(nah' beh zoo' mee)
|Poor Sumi. Opposite of Urushi Zumi.
(nah' roo mee ah' sah gee)
|The normal Asagi pattern is considered
to be the Narumi Asagi, whose name resembles Narumi Shibori
(which refers to a traditional cloth pattern). Narumi
Asagi have a white netting created by Fukurin that surrounds
the indigo blue core of each scale.
(knee bahn' hee)
|Thin Hi. This is secondary Hi, and occurs
later in a Koi's development. It is most often seen in
the Kiwa. It makes an excellent Nishikigoi pattern appear
vague and takes away the brilliance of the contrast between
the Hi and Shiroji. Koi with Niban Hi rarely recover
a good Hi plate.
|Mirror shine. Niigata Ginrin, also called
Beta Gin, appeared primarily on the belly of Koi and
only rarely appeared up on the back. It was called Beta
Gin because the scales shined like a mirror. The problem
was that the shine looked weak from certain angles. Hiroshima
Ginrin is the improved version of Ginrin.
(knee' gah ta know' gyoh sigh)
|Niigata agriculture festival where the
Niigata Nishikigoi show is held. Only breeders in Niigata
compete at this show. The Koi show is held in Ojiya city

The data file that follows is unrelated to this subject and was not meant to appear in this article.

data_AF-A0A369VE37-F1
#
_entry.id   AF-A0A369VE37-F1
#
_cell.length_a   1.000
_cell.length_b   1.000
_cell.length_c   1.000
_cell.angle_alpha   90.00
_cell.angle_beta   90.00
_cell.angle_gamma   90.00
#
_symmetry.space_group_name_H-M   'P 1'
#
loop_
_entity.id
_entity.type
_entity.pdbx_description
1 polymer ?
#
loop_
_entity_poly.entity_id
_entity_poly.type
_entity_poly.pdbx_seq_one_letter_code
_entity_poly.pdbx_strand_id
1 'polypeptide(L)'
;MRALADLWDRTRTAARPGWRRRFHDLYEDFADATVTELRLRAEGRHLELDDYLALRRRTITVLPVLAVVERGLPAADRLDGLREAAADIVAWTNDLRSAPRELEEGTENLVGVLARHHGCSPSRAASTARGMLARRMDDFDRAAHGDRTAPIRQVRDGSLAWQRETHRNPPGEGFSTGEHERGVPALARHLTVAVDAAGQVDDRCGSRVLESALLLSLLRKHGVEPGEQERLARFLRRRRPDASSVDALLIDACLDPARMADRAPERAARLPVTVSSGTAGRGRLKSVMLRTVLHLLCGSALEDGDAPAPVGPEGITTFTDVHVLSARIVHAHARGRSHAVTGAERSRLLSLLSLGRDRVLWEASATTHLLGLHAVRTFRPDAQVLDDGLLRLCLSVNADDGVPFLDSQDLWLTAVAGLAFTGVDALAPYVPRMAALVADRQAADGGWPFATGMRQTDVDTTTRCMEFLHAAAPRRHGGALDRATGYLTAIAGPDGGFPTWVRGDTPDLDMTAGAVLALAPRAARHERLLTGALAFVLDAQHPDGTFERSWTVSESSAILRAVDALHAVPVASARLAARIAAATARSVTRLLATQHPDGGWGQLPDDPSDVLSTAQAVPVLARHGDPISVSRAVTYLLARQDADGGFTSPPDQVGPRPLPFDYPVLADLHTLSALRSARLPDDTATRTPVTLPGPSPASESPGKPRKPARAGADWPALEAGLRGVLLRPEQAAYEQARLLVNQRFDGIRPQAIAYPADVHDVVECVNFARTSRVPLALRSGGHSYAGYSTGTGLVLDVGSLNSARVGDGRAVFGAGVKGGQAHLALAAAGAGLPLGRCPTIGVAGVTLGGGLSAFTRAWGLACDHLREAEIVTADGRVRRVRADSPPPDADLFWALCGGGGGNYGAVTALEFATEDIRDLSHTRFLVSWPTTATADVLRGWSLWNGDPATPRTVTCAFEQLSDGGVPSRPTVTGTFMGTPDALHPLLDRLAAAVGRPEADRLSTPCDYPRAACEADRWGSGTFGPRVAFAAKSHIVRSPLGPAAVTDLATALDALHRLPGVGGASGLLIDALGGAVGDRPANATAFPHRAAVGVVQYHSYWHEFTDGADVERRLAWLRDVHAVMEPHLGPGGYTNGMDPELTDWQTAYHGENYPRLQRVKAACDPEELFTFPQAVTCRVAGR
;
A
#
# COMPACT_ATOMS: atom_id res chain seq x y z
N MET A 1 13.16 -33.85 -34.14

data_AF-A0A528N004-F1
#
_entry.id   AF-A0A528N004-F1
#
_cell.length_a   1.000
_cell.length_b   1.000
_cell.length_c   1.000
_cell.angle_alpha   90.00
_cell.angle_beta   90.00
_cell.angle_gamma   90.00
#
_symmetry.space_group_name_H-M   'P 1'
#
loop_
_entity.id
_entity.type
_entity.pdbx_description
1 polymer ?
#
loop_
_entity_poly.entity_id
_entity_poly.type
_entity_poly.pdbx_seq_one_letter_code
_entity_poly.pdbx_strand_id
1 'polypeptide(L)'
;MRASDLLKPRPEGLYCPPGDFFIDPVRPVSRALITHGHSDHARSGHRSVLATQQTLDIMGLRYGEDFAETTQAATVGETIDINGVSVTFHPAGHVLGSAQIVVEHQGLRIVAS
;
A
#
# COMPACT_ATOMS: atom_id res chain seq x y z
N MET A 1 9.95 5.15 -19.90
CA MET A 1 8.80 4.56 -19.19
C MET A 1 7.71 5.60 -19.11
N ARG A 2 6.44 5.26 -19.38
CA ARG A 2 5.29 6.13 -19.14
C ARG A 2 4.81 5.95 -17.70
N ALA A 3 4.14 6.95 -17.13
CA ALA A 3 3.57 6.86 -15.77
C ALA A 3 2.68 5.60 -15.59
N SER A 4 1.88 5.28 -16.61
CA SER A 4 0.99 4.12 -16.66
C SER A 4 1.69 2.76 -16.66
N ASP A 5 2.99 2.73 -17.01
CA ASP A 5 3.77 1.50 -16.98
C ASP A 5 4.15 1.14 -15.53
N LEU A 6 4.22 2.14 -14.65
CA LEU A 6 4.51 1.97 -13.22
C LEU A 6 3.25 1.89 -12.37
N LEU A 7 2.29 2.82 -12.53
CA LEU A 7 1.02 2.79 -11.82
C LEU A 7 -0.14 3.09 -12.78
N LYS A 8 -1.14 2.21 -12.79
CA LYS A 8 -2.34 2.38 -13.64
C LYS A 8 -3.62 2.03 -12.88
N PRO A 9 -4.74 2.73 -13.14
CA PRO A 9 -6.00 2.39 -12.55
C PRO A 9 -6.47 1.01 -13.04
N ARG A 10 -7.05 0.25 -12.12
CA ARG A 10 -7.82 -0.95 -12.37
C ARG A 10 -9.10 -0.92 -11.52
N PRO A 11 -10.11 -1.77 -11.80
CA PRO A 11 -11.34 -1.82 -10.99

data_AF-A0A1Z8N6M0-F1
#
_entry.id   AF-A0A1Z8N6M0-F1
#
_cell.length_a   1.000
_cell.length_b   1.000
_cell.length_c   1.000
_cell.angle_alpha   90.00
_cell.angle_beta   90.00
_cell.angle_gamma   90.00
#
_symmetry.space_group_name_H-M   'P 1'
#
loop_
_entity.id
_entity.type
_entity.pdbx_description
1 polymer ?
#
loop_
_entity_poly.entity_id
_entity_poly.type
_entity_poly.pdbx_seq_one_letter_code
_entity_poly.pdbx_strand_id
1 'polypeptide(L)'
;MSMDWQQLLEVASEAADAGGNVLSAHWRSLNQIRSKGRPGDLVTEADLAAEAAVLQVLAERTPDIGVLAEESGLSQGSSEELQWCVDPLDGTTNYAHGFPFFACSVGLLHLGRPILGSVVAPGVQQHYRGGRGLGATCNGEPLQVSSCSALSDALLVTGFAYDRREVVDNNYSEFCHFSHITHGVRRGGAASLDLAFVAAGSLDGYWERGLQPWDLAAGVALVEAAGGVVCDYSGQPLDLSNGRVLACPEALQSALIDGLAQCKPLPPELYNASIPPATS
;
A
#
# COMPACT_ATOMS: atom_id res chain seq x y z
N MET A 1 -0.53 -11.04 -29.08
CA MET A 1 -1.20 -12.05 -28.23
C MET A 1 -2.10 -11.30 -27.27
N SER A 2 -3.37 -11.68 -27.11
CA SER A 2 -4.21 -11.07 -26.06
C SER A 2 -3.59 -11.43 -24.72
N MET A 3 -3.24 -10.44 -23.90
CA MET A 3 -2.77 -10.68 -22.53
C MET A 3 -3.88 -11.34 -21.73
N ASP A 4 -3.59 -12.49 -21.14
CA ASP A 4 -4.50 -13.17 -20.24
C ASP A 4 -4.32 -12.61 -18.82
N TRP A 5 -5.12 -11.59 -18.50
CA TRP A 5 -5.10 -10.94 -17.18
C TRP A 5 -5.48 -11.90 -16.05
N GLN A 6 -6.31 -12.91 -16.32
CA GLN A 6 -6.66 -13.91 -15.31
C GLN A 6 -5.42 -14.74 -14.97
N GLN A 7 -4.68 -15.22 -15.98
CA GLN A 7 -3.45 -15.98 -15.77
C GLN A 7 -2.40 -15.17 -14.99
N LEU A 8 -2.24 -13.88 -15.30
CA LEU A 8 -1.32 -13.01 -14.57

on the last weekend of each October. The 43rd show is
scheduled to take place in 2004. It is a part of the
National festival of Agriculture, Foresty and Fisheries.
The grand champion at this show is awarded the Minister
of Agruculture, Forestry and Fishereies prize.
(ni my' zah' she)
|Sashi that is two scales wide. Ni means "two".
Undesirable, as perfect Sashi should be exactly on scale
wide. Sanmai Zashi is 3 scales wide.
(ni' she key goy da' key)
|To handle Nishikigoi with bare hands.
Using bare hands to move large Nishikigoi is considered
optimal because a net can remove scales or cause injuries.
Only experienced, confident Koishi can move large Koi
(neh' zoo oh' gone)
|Grey metallic scaled Koi.
||Two, a Nidan Kohaku has two Hi plates.
||2 years old.
|Nose Zumi(no' she zoo' mee)
||Riding Sumi. Sumi that appears on Hi
plates. Also called Kasane Zumi.